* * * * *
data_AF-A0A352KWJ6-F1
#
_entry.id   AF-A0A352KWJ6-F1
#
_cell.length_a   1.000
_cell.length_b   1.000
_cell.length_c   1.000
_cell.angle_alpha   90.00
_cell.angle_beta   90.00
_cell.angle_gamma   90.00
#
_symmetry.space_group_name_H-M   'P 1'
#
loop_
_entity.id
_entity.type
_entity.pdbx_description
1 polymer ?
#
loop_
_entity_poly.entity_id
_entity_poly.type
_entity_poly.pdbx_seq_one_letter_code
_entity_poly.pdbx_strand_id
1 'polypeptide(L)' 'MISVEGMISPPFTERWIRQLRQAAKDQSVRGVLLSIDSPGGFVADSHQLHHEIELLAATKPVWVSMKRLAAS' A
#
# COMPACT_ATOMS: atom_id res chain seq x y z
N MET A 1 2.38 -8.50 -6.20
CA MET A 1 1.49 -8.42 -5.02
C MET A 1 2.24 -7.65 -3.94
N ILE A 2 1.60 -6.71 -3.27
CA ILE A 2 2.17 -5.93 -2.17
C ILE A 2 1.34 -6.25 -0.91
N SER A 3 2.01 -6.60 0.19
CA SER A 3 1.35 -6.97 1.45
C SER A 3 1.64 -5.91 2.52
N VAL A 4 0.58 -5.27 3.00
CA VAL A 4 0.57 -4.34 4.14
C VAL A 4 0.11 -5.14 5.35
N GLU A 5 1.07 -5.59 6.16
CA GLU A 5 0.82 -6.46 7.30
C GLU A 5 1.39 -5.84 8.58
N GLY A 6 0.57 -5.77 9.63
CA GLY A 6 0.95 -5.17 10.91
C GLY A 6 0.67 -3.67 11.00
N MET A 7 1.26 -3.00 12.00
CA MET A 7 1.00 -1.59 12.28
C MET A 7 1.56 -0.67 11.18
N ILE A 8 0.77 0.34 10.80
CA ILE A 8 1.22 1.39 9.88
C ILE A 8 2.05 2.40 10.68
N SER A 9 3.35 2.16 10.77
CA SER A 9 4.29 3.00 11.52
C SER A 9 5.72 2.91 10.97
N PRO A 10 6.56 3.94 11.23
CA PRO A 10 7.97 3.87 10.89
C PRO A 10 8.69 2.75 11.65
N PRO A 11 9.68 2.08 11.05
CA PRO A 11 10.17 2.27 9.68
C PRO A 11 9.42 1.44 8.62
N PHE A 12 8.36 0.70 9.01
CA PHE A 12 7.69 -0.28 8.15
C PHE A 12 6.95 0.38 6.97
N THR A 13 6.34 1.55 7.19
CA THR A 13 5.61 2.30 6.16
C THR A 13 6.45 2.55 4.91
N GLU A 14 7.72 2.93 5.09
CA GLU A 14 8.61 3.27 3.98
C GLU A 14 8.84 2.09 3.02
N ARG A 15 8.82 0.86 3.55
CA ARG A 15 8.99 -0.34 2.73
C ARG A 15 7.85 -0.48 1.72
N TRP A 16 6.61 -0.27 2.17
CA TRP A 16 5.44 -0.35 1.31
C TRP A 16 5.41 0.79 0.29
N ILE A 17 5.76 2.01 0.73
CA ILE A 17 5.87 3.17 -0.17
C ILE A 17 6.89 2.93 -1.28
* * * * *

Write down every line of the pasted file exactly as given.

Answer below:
data_AF-A0A352KWJ6-F1
#
_entry.id   AF-A0A352KWJ6-F1
#
_cell.length_a   1.000
_cell.length_b   1.000
_cell.length_c   1.000
_cell.angle_alpha   90.00
_cell.angle_beta   90.00
_cell.angle_gamma   90.00
#
_symmetry.space_group_name_H-M   'P 1'
#
loop_
_entity.id
_entity.type
_entity.pdbx_description
1 polymer ?
#
loop_
_entity_poly.entity_id
_entity_poly.type
_entity_poly.pdbx_seq_one_letter_code
_entity_poly.pdbx_strand_id
1 'polypeptide(L)' 'MISVEGMISPPFTERWIRQLRQAAKDQSVRGVLLSIDSPGGFVADSHQLHHEIELLAATKPVWVSMKRLAAS' A
#
# COMPACT_ATOMS: atom_id res chain seq x y z
N MET A 1 2.38 -8.50 -6.20
CA MET A 1 1.49 -8.42 -5.02
C MET A 1 2.24 -7.65 -3.94
N ILE A 2 1.60 -6.71 -3.27
CA ILE A 2 2.17 -5.93 -2.17
C ILE A 2 1.34 -6.25 -0.91
N SER A 3 2.01 -6.60 0.19
CA SER A 3 1.35 -6.97 1.45
C SER A 3 1.64 -5.91 2.52
N VAL A 4 0.58 -5.27 3.00
CA VAL A 4 0.57 -4.34 4.14
C VAL A 4 0.11 -5.14 5.35
N GLU A 5 1.07 -5.59 6.16
CA GLU A 5 0.82 -6.46 7.30
C GLU A 5 1.39 -5.84 8.58
N GLY A 6 0.57 -5.77 9.63
CA GLY A 6 0.95 -5.17 10.91
C GLY A 6 0.67 -3.67 11.00
N MET A 7 1.26 -3.00 12.00
CA MET A 7 1.00 -1.59 12.28
C MET A 7 1.56 -0.67 11.18
N ILE A 8 0.77 0.34 10.80
CA ILE A 8 1.22 1.39 9.88
C ILE A 8 2.05 2.40 10.68
N SER A 9 3.35 2.16 10.77
CA SER A 9 4.29 3.00 11.52
C SER A 9 5.72 2.91 10.97
N PRO A 10 6.56 3.94 11.23
CA PRO A 10 7.97 3.87 10.89
C PRO A 10 8.69 2.75 11.65
N PRO A 11 9.68 2.08 11.05
CA PRO A 11 10.17 2.27 9.68
C PRO A 11 9.42 1.44 8.62
N PHE A 12 8.36 0.70 9.01
CA PHE A 12 7.69 -0.28 8.15
C PHE A 12 6.95 0.38 6.97
N THR A 13 6.34 1.55 7.19
CA THR A 13 5.61 2.30 6.16
C THR A 13 6.45 2.55 4.91
N GLU A 14 7.72 2.93 5.09
CA GLU A 14 8.61 3.27 3.98
C GLU A 14 8.84 2.09 3.02
N ARG A 15 8.82 0.86 3.55
CA ARG A 15 8.99 -0.34 2.73
C ARG A 15 7.85 -0.48 1.72
N TRP A 16 6.61 -0.27 2.17
CA TRP A 16 5.44 -0.35 1.31
C TRP A 16 5.41 0.79 0.29
N ILE A 17 5.76 2.01 0.73
CA ILE A 17 5.87 3.17 -0.17
C ILE A 17 6.89 2.93 -1.28